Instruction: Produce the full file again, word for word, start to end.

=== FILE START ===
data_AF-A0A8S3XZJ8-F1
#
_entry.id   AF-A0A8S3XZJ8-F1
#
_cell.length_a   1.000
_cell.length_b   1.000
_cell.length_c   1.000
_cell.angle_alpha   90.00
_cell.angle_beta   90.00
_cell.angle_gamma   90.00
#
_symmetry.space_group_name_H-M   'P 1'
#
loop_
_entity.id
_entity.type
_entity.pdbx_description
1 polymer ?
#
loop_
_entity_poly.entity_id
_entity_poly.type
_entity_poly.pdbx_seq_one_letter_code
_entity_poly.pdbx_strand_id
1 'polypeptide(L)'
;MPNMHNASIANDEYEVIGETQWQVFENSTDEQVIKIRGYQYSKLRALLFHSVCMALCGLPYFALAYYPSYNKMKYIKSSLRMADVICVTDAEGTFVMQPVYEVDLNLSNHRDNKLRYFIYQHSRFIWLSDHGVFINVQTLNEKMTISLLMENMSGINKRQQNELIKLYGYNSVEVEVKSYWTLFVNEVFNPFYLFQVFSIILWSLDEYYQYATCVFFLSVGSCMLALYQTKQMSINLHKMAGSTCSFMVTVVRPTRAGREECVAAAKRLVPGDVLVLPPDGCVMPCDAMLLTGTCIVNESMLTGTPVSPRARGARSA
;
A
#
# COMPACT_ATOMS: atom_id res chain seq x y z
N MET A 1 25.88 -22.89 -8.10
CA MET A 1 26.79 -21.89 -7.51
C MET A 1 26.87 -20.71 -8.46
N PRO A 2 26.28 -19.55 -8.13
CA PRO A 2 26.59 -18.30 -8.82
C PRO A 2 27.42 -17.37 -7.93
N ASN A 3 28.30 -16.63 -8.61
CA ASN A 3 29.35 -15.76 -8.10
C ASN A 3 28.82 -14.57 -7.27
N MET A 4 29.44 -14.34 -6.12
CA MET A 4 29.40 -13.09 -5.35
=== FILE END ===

data_AF-A0A8S3XZJ8-F1
#
_entry.id   AF-A0A8S3XZJ8-F1
#
_cell.length_a   1.000
_cell.length_b   1.000
_cell.length_c   1.000
_cell.angle_alpha   90.00
_cell.angle_beta   90.00
_cell.angle_gamma   90.00
#
_symmetry.space_group_name_H-M   'P 1'
#
loop_
_entity.id
_entity.type
_entity.pdbx_description
1 polymer ?
#
loop_
_entity_poly.entity_id
_entity_poly.type
_entity_poly.pdbx_seq_one_letter_code
_entity_poly.pdbx_strand_id
1 'polypeptide(L)'
;MPNMHNASIANDEYEVIGETQWQVFENSTDEQVIKIRGYQYSKLRALLFHSVCMALCGLPYFALAYYPSYNKMKYIKSSLRMADVICVTDAEGTFVMQPVYEVDLNLSNHRDNKLRYFIYQHSRFIWLSDHGVFINVQTLNEKMTISLLMENMSGINKRQQNELIKLYGYNSVEVEVKSYWTLFVNEVFNPFYLFQVFSIILWSLDEYYQYATCVFFLSVGSCMLALYQTKQMSINLHKMAGSTCSFMVTVVRPTRAGREECVAAAKRLVPGDVLVLPPDGCVMPCDAMLLTGTCIVNESMLTGTPVSPRARGARSA
;
A
#
# COMPACT_ATOMS: atom_id res chain seq x y z
N MET A 1 25.88 -22.89 -8.10
CA MET A 1 26.79 -21.89 -7.51
C MET A 1 26.87 -20.71 -8.46
N PRO A 2 26.28 -19.55 -8.13
CA PRO A 2 26.59 -18.30 -8.82
C PRO A 2 27.42 -17.37 -7.93
N ASN A 3 28.30 -16.63 -8.61
CA ASN A 3 29.35 -15.76 -8.10
C ASN A 3 28.82 -14.57 -7.27
N MET A 4 29.44 -14.34 -6.12
CA MET A 4 29.40 -13.09 -5.35